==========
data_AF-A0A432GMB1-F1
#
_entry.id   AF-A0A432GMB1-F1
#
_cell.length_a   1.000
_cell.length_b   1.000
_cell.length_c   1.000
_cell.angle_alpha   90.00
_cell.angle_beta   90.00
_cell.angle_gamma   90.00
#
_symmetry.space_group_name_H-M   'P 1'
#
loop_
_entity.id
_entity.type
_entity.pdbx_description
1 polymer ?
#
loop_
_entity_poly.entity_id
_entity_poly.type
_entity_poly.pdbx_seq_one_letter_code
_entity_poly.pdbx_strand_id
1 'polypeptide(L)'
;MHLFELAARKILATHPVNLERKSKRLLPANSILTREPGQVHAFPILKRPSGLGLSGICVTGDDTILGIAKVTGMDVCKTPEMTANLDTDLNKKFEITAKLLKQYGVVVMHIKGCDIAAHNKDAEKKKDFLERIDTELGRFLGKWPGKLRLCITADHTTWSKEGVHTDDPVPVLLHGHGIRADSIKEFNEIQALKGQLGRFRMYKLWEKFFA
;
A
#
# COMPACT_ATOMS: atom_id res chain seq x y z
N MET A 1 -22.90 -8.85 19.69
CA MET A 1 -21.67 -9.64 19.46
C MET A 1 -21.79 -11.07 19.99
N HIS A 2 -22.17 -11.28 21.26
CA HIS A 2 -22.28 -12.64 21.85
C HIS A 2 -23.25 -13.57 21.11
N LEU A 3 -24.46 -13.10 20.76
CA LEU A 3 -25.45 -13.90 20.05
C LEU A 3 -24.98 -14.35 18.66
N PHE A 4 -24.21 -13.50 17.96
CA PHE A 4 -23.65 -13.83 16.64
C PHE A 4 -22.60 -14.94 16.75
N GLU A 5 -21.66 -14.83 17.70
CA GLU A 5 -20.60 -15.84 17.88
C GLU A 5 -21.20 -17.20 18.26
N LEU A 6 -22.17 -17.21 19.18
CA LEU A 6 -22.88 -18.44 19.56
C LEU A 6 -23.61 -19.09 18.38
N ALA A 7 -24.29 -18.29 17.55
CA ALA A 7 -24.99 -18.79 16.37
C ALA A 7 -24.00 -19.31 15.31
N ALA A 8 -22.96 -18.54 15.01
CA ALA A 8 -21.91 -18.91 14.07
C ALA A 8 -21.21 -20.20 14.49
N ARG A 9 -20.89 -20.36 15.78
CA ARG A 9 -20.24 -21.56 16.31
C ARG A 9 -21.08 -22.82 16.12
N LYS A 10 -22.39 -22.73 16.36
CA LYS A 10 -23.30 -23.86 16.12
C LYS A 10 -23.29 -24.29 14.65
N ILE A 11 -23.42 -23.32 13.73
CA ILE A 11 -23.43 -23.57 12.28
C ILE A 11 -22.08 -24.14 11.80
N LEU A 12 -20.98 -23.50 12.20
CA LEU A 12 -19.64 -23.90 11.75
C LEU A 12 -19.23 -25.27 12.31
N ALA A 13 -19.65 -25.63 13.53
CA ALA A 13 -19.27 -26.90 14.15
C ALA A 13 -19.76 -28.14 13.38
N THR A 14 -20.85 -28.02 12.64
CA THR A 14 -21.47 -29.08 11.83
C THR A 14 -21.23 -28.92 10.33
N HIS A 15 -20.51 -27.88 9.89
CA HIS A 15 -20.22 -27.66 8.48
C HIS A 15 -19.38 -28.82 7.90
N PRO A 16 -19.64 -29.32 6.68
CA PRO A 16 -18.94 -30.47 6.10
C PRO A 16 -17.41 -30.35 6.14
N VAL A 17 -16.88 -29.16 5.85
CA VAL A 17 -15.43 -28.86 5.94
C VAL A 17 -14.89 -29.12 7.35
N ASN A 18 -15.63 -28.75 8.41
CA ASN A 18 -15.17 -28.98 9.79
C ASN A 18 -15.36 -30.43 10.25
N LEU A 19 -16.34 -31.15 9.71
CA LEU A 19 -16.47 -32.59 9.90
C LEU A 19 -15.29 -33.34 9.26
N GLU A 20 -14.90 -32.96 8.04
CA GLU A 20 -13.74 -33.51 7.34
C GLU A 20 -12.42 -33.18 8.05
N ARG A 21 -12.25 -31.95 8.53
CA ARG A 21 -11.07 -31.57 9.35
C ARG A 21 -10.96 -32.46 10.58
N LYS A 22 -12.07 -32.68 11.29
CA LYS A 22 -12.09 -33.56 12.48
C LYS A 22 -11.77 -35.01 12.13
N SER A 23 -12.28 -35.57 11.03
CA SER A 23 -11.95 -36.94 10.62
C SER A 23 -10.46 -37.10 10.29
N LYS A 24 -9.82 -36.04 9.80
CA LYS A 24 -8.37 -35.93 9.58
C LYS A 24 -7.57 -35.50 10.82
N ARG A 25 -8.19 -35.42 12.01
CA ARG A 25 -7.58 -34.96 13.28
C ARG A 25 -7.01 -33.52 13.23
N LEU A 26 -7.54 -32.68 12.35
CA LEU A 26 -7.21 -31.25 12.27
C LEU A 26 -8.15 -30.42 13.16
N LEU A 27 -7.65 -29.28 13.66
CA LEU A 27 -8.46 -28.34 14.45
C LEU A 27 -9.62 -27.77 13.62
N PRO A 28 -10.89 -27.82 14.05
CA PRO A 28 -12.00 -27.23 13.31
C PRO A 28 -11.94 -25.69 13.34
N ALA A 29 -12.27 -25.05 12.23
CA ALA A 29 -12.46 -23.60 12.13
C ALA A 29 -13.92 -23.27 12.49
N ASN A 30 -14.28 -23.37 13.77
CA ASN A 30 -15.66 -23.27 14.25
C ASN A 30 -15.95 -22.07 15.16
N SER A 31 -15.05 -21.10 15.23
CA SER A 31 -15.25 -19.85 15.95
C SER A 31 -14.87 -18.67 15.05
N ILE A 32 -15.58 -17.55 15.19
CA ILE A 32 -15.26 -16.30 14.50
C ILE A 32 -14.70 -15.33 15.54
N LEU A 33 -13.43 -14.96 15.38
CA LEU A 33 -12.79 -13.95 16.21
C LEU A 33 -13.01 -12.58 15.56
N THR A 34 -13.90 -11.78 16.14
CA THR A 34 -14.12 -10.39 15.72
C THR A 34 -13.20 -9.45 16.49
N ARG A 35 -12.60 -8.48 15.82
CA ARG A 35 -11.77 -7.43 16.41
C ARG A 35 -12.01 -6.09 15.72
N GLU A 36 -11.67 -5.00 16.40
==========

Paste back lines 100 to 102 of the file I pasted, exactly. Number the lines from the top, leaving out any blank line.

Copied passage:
N LYS A 24 -9.82 -36.04 9.80
CA LYS A 24 -8.37 -35.93 9.58
C LYS A 24 -7.57 -35.50 10.82